Now like never before, Valdez says, the public has power to scrutinize the DA’s summaries of cop-caused fatalities, which deem virtually every such incident justified.
Faas downplayed the gravity of the new disclosure laws that made the Guzman-Lopez clip public, saying they expand access to footage already available by other means. “She could have watched this video at any time in the past few years,” he says of Valdez. “And frankly, everything you’re seeing, or will see when this video is released, is something that four or five different entities already saw. There’s nothing new here.”
If Guzman-Lopez’s killing—the first local case in which body camera footage played a critical role—has shown anything, it’s that visual documentation doesn’t always provide the kind of clarity that reformers would hope. Two sides could view the same video and come away with vastly different conclusions.
In the footage of Guzman-Lopez, Valdez saw a homicide. Prosecutors saw a legally justified shooting, as did judges in trial and appellate court.
Faas, who facilitated last week’s viewing, describes what happened in that 17-minute clip as a measured response to a potential threat, which began with a 911 call about a man swinging a blade on his way through the campus. “He was asked to get onto his knees, then he got up,” Faas says. “The officer said put the blade down, he refused to. And when the Taser did not work … Mr. Guzman starts running toward the officer. [The choice] was either to get stabbed by this 14-inch blade or shoot.”
Police fulfilled their duty, according to Faas.
“If my officers see something that is endangering our students, staff and faculty, then it’s their job to act and to work on this situation,” he says. “To me, this is pretty clear that the DA, the court and almost everyone who looked at what happened here came to the same conclusion: that these officers were within the law, within their rights and within sound judgment in doing what they had to do.”
Charisse Domingo, a criminal justice activist for Silicon Valley De-Bug and a personal friend of Valdez, watched the same video that morning and thought otherwise.
She saw grave miscommunication, overreaction and a failure to de-escalate. She saw Van Der Hoek proceed to mark evidence at the scene, which she says she found surprising since his actions automatically made him part of a use-of-force inquiry. She saw details absent from police descriptions of the incident, like a baton thrown after the stun gun activated and the “it’s OK, it’s OK,” that became Guzman-Lopez’s last words.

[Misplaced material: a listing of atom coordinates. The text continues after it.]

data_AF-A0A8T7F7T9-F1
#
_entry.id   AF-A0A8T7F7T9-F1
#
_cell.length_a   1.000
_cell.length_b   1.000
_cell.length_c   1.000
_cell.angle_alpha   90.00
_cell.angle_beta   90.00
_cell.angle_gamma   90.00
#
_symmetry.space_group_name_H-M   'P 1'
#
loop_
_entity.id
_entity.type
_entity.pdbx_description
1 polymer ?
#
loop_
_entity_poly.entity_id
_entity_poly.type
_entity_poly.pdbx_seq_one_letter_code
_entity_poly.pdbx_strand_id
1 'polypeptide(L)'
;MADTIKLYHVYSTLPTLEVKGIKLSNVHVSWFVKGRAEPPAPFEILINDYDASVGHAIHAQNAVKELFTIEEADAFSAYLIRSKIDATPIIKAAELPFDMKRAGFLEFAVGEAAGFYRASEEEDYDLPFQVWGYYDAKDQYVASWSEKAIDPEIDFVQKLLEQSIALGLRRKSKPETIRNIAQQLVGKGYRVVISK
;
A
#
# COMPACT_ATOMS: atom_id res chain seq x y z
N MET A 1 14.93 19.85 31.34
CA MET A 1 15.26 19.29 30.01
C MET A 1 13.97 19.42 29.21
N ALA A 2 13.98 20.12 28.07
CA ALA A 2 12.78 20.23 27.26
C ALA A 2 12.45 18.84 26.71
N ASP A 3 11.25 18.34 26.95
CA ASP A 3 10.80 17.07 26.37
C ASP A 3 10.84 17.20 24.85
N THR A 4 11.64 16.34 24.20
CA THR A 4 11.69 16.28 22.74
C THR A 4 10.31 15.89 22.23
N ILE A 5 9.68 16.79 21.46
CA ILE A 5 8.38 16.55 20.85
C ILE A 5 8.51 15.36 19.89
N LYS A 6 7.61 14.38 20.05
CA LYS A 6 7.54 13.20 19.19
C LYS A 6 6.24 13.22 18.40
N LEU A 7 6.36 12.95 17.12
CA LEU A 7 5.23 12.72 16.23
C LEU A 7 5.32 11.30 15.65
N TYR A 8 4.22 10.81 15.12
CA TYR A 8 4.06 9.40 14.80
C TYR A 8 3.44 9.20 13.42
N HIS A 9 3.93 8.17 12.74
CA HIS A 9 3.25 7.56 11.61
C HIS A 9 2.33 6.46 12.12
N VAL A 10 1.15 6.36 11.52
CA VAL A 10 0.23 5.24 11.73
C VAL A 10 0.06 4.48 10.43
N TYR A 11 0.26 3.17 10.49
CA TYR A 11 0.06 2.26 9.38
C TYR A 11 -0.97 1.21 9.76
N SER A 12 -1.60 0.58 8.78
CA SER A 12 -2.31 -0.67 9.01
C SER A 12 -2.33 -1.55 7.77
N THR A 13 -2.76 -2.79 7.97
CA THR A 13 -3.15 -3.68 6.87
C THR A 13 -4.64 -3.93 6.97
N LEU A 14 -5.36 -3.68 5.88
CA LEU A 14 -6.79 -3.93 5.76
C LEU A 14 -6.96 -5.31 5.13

“It really raised more questions than answers,” Domingo says, “but those are questions the public should be asking about these incidents.”
Courtney Macavinta, co-founder of youth advocacy group The Respect Institute, also watched the clip with Valdez and Domingo and came away with an impression like theirs.
“This is someone who was moving very slowly before he fell,” she says of Guzman-Lopez. “He’s a little bit out of it, you could tell, but not being overly aggressive at all. You would think that with all their responsibility and their training, police could find a way to make this not fatal. I think a regular person would look at what happened here and say, ‘Why aren’t they de-escalating?’”
If the powers that be deemed the Guzman-Lopez shooting lawful, Domingo and Valdez argue, then maybe the metric should be changed. To that end, the new laws opening up body cam footage and misconduct records to public view could bolster the case for updating California’s use-of-force standard for the first time since 1872. Assemblywoman Shirley Weber (D-San Diego) introduced a bill that would allow officers to use deadly force only when necessary, as opposed to when “reasonable” under the status quo.
“If nothing else, all this video and all these police reports could show us what in the policy needs to be changed,” Domingo says. “Instead of accepting that these are the rules ..., we should be looking at how to prevent this kind of killing in the first place.”